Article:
Carroll to face late homoeroticism test

KENNY Dalglish has confirmed that Andy Carroll is still not a certainty to face a sea of confused-feeling Geordies this Sunday.

The shire-striker left Newcastle for £35M in the January transfer window, in a deal that made thousands of potbellied men feel upset in a way they could neither adequately define nor express publicly.

Footballologist Wayne Hayes said “Many Newcastle fans will have felt betrayed and jilted by his departure, followed by the awkward need to do some DIY immediately to stop their stomach churning in quite so disconcerting a fashion.

“Seeing him run out in a Liverpool shirt will be like watching the mother of their kids walk into their local pub wearing a coat some other bloke bought them.

“This is assuming their ex is six foot three and built like a tattooed wardrobe made out of meat, but given they’re from Newcastle I think that’s a fair assumption.”

Carroll will be put through through some light man-crush training today by listening to a group of heterosexual men discuss how much they like the programmes of Professor Brian Cox.

If he comes through unscathed, Carroll will be more rigorously tested by sitting in a crowd of football fans watching slow-motion footage of Fernando Torres exchanging shirts at the end of a match to a soundtrack of Donna Summer’s Love To Love You Baby.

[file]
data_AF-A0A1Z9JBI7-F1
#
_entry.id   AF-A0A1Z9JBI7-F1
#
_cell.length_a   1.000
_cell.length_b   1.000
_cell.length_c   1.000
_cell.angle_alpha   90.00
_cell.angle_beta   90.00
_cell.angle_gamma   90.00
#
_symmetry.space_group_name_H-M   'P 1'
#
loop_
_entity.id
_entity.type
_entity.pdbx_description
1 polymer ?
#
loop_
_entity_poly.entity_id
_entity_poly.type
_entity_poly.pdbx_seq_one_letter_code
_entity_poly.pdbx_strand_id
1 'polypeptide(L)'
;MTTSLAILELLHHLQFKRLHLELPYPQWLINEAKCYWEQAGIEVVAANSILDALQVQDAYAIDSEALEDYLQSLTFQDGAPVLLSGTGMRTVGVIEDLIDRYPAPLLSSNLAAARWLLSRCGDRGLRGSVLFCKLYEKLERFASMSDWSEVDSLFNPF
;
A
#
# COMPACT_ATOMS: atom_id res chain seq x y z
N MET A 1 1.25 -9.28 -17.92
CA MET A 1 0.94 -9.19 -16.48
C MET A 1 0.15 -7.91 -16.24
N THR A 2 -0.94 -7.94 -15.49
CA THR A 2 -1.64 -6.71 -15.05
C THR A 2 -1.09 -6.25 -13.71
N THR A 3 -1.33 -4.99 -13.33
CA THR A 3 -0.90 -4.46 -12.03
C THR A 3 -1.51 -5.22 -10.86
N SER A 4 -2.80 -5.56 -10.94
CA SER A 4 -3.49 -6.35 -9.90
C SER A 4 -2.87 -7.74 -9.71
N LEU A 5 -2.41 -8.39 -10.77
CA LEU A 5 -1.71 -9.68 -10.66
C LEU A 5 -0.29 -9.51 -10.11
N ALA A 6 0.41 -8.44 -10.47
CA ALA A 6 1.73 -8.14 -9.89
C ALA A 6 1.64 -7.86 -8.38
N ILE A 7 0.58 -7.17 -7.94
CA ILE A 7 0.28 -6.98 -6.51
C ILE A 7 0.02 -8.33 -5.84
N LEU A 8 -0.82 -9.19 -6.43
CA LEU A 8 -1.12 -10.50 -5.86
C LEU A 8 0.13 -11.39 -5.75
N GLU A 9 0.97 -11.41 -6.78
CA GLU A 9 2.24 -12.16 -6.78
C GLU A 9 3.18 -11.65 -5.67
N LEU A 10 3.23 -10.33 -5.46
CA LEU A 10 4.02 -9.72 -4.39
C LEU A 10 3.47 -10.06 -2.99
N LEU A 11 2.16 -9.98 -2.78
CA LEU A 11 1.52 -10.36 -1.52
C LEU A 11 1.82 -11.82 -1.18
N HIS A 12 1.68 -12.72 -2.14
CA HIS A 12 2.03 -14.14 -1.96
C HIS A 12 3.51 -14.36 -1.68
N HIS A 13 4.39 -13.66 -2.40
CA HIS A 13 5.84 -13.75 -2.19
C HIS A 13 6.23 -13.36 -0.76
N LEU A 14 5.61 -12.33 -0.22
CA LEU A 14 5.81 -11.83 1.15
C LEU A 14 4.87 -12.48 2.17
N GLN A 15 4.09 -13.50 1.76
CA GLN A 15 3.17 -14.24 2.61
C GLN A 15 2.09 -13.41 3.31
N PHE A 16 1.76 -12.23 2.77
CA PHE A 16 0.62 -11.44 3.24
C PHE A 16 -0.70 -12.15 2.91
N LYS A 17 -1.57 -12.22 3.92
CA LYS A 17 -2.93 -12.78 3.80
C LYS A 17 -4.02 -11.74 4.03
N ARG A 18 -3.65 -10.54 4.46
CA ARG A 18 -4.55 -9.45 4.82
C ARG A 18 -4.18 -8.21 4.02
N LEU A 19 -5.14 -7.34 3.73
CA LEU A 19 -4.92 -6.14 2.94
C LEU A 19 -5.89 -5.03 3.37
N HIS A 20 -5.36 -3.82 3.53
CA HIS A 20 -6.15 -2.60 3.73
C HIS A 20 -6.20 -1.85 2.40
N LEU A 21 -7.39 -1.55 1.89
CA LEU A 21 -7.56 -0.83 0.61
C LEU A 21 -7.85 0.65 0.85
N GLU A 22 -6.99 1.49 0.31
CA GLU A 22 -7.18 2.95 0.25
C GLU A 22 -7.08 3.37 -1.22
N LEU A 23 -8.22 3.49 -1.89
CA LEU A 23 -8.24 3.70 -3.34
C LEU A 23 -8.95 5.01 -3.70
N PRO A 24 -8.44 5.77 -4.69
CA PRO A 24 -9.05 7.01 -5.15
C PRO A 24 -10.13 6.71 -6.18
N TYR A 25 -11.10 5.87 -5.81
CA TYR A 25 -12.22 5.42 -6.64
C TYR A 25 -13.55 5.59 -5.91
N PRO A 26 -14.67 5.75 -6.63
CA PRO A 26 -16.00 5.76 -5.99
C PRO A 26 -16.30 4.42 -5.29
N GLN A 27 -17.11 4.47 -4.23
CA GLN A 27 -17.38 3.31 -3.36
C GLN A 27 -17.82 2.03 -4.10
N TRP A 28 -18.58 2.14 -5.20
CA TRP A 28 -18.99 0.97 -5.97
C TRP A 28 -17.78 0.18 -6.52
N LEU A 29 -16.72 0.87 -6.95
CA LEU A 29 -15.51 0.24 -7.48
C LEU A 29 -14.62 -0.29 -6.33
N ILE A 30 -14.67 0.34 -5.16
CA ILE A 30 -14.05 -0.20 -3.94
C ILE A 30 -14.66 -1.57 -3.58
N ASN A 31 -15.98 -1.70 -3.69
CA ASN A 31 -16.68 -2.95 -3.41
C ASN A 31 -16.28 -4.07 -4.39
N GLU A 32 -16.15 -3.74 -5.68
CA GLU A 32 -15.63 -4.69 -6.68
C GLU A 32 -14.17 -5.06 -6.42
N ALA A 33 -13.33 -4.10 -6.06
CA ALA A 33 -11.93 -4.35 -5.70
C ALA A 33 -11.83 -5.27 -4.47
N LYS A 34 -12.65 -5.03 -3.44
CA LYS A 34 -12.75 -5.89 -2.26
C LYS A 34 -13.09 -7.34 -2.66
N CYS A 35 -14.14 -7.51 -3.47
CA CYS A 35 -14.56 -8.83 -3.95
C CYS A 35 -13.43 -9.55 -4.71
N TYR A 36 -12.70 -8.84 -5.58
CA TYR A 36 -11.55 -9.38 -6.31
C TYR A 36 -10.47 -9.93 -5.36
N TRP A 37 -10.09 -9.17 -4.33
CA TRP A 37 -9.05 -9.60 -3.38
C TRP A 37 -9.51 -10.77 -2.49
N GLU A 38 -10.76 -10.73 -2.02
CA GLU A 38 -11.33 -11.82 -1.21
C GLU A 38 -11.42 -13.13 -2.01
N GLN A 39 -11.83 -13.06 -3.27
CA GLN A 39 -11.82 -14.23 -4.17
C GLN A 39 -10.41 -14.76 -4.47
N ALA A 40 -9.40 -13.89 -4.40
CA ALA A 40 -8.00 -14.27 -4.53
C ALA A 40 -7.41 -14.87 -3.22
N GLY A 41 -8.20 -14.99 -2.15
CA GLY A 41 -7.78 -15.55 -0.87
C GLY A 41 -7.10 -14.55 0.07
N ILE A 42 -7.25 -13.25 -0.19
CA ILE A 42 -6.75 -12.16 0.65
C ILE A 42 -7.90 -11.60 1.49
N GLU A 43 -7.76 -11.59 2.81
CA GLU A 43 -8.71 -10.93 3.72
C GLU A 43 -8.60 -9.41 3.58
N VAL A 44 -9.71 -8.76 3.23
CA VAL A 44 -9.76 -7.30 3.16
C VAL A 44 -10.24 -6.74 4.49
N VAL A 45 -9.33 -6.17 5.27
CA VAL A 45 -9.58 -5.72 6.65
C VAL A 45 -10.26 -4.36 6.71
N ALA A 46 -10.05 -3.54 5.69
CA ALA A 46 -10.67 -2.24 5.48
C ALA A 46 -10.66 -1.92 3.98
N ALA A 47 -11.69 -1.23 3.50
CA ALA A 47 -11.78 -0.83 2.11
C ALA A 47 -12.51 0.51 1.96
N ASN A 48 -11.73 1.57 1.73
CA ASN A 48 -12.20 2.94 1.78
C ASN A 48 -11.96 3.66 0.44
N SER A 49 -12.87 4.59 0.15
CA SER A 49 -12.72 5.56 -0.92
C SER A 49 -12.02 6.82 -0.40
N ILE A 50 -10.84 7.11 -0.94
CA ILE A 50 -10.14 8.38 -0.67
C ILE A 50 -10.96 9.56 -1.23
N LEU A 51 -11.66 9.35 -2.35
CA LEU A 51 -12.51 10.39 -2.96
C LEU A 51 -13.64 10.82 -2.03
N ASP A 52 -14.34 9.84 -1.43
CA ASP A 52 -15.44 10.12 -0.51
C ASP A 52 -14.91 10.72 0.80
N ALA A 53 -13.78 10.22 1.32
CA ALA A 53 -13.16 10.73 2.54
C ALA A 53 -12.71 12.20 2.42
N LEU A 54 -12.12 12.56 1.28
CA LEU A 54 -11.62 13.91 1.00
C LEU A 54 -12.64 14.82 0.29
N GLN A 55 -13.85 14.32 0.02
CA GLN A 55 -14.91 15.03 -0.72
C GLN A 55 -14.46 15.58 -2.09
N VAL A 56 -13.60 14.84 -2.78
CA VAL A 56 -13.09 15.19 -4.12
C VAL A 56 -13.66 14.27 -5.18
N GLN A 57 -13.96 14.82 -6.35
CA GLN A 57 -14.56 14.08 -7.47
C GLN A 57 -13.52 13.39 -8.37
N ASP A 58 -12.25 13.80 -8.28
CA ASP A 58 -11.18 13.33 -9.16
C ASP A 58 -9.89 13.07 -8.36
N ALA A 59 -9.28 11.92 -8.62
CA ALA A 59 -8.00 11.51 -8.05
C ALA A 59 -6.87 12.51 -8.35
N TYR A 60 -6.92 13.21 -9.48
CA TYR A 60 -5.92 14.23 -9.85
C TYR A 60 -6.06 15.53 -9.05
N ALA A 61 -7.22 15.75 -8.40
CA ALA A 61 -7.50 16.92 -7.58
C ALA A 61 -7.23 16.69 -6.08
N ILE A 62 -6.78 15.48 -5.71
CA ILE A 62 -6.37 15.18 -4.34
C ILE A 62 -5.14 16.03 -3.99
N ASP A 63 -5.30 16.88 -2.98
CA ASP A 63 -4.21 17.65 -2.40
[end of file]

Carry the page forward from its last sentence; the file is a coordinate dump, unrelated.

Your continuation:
Hayes said “It’s easy to put this down to working-class men mistaking affection for complicated sexual feelings when a player leaves, but if they felt this way when Peter Beardsley left, something’s definitely wrong here.”




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Games console 'stole millions of players' lives'

MILLIONS of Playstation users are in turmoil after it emerged that the console had stolen huge chunks of their existences.

The mass realisation happened during an outage in the Playstation Network, when many players discovered that they had been seated in front of a screen holding a piece of plastic for over a decade, with the curtains drawn.

Technology journalist Tom Logan said: “People bought the machine without realising that unscrupulous games designers had gotten into the software and made it really, savagely compelling for their own nefarious ends.

“When I try to recall my recent history since getting the Playstation, all I get is a single static image of Snake from Metal Gear Solid looking cool, sort of a mental test card.

“It’s as if the machine just hoovered up a big chunk of my existence, like some electronic vampire that feeds on the human soul.

“When I look at it, it actually appears bloated and tick-like, bulging as it struggles to digest my wasted years.”

Sales administrator Nikki Hollis said: “All I know is that I bought Guitar Hero II and suddenly I was no longer a young and attractive woman.

“What worries me is what the Playstation intends to do with the chunk of my being that it has stolen.

“Perhaps it will use that fragment of my essence to create a more attractive computerised version of myself, a bit like in Weird Science, that will strangle me when I sleep and then have amazing sex with my husband.”